Rick Campanelli has incredible energy. When he enters a room, his optimistic vibe immediately diffuses in the air and we are all suddenly drunk on enthusiasm. I’m used to seeing him in a suit, glancing at the audience from the TV screen, but here he is – in a baseball cap and shorts, telling all about his recent cottage trip. The next thing I know, we are exploring the idea of doing a photoshoot outdoors, by the large sculpture of a bull with the Global TV logo. Then, we play foosball and shortly afterwards head off to a pre-taping of one of his shows.
Campanelli is personable and it works in his favour – after all, he is in the entertainment industry. A well-known face on television, many would recognize him on ET Canada billboards and are familiar with his unmistakable broadcast voice.
It’s easy to start building expectations of who the person is before you actually meet them. Today, we get to know Campanelli from both perspectives – his career, as well as his dedication to his family, girlfriend, son and his love for soccer. We will even talk about fashion, a little bit.
HANNAH YAKOBI: You had a lot of career plans growing up – you wanted to be a pilot, an artist, a soccer player. Did you want to be all of those things simultaneously?
RICK CAMPANELLI: Yeah I did, I‘m a dreamer! [laughs] No, I went through phases. I was even writing my own newspaper for a while and taking pictures when I was about 10.
I come from a pretty big family, there were six of us, in an old, little house in Hamilton. I am the youngest of four siblings. My poor sister – she had three brothers. As the days go by, I feel more bad for her, what we put her through growing up. Poor thing! She couldn’t even watch Love Boat; she had to fight to watch it over all her brothers who wanted to watch hockey, football, baseball.
Were you overprotective of her?
Well, the two older brothers came first, so I guess they were. I was never overprotective because I was the youngest; I think they were all overprotective of me. I tried to be protective, but it didn’t work.
Did you feel that you got away with more stuff than them?
I really did. I was the black sheep of the family. Once I got into that party phase in high school, I would come home so late, and my parents didn’t care anymore. Well, they cared, but they knew I was in good hands with them just being chill and relaxed, because they had gone through it already with my three older siblings.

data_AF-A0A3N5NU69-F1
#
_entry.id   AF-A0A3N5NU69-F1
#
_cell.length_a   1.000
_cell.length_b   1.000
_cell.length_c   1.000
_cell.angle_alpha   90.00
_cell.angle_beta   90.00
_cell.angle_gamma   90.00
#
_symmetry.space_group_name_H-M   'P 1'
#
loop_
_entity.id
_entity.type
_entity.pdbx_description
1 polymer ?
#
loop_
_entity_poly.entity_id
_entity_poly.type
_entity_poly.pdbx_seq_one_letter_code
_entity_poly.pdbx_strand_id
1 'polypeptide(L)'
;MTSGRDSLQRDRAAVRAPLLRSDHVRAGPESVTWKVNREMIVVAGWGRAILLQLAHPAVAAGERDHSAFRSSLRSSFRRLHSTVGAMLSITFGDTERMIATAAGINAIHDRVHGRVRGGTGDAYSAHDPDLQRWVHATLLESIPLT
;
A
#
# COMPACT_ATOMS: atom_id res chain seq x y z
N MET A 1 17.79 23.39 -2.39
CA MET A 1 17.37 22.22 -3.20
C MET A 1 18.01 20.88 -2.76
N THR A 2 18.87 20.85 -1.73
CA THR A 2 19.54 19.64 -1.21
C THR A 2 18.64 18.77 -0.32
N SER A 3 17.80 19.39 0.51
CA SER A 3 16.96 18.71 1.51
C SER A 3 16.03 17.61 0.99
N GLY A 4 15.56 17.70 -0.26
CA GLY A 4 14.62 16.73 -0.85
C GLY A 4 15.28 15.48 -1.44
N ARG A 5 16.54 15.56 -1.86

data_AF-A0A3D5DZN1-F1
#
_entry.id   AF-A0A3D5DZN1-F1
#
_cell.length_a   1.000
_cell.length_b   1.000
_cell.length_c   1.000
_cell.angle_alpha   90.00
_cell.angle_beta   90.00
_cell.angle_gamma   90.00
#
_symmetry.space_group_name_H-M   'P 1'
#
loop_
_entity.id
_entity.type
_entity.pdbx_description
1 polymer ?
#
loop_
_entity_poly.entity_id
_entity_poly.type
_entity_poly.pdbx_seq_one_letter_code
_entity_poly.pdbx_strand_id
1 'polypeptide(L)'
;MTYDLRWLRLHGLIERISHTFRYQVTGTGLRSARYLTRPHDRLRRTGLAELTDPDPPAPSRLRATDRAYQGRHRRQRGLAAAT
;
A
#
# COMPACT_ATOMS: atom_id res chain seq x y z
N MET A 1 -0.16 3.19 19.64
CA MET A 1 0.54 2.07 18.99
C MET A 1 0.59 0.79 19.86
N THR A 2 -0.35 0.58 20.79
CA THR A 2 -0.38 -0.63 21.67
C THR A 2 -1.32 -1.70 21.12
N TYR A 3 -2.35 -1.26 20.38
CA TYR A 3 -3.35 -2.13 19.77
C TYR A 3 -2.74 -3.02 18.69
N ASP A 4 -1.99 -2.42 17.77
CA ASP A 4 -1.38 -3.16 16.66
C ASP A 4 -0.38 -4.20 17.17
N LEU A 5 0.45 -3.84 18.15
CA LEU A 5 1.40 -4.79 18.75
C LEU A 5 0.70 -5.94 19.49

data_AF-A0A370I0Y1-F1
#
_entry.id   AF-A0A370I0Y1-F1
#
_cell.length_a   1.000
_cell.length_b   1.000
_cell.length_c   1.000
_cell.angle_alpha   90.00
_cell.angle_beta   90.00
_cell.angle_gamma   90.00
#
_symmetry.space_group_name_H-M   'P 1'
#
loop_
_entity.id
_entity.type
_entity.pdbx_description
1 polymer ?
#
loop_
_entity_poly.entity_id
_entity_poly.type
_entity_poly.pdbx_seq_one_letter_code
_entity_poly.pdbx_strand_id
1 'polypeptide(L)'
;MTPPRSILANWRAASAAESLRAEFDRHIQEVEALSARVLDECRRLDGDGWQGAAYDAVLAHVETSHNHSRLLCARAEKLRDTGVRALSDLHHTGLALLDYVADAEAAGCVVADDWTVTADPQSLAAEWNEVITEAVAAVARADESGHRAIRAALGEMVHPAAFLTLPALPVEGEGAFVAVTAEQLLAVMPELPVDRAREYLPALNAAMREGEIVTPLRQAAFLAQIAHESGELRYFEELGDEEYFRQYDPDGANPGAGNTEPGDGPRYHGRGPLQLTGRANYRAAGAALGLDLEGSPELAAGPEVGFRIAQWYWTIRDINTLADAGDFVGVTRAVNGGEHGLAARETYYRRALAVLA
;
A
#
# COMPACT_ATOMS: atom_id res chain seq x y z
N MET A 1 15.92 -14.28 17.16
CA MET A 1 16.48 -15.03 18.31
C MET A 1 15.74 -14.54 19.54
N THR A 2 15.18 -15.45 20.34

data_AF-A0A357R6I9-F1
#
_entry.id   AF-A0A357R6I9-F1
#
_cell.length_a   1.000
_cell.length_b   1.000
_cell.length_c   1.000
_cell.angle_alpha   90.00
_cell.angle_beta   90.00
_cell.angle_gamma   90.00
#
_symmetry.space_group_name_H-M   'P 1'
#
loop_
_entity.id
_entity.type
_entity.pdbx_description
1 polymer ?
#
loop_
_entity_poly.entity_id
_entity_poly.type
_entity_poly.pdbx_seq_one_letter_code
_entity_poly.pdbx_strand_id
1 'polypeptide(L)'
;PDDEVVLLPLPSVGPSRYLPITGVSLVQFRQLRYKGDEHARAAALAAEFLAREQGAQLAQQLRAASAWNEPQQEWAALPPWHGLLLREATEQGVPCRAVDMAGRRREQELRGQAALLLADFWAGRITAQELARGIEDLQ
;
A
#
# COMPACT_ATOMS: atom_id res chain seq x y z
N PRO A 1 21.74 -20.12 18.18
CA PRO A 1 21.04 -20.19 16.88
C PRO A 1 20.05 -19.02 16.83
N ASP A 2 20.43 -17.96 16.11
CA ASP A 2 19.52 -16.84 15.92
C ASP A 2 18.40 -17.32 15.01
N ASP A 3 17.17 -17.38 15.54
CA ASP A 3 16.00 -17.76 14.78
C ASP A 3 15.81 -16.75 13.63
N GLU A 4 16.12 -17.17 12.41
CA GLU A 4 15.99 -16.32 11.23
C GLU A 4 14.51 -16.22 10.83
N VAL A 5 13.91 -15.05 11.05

But getting back to my career dreams, I just wanted to try so much. To this day too, I still want to try things, because you only go around once. If you don’t try it while you are here, when are you going to do it, right? So, I dreamt of being an astronaut, and soccer player, and artist, and architect. Never a fashion designer though.
Well, that came later in life because I was never into fashion growing up, it was all hand-me-downs for me mostly.
I got into fashion in high school. I wanted to release a line of T-shirts called TUFF Boy Clothing. It was pretty cool because I was creating my own jeans back then too. I had a bunch of hockey jerseys, so I used to take the crests from them and sew them onto jeans. It was a really ridiculous look, but then I noticed a few years later that some jean lines, the more vivid ones, were doing the same thing. I never got too serious about it, you know – I just did it for fun.
You mentioned that you watched a lot of sports with your brothers. Were you a big sports fan?
Oh yeah, huge sports guy growing up. We always did activities with the family too, like bike rides, soccer, tennis, baseball. There was a time when five members out of my six-member family were all playing organized soccer. My Mom was the only one who wasn’t, but my dad was in an over 40 league, and all my siblings and I were playing rec soccer.
So there was a lot of time spent with family. My dad had to drive us to our games and practices, my Mom was preparing the oranges and lemonade for half-time and for all our games. It was great.
Do you still play any sports?
Yes, we sometimes have charity and soccer tournaments with my former colleagues at MuchMusic. It’s always great getting together with those guys again because we used to play regularly when we worked together years ago. We would play every Saturday, and it was co-ed too. But that is the extent of it – I am not playing organized anymore. And I love golf, so I’ll golf every so often. Who doesn’t love golf?
Having spent a lot of quality time with your family while growing up, have you transitioned any of those things into your relationship with your son?
Yes, I really have. Except, my Dad is an old school Italian, so things would get a little too intense when it came to discipline. [laughs] Of course, that’s the way it was with the cultures and generations back then, they did things differently. But when it comes to raising my boy, I learned a lot from my parents. And now it has been seven and half years!
So he is 7 ½ years old?
He is. He’s going into Grade 2 this month. He’s a January baby, so he started a little late. There are a lot of challenges, but also a lot of moments and time when you just stare at him and think: “this kid, he’s getting it, he’s growing up, and he’s becoming a little me.”
Is he used to seeing you on television now?
Oh yeah, he doesn’t care anymore. He’s over that. [laughs] I brought him in when we first started here and he was just a little toddler. Now when he comes in, he’d rather hang out with Brad in audio or Anne in make-up – that’s fun stuff. Studio-wise, he couldn’t care less because you just stand and talk there.
Speaking of studio work, you’ve interviewed many people in your career so far. Who was your favourite interviewee and why?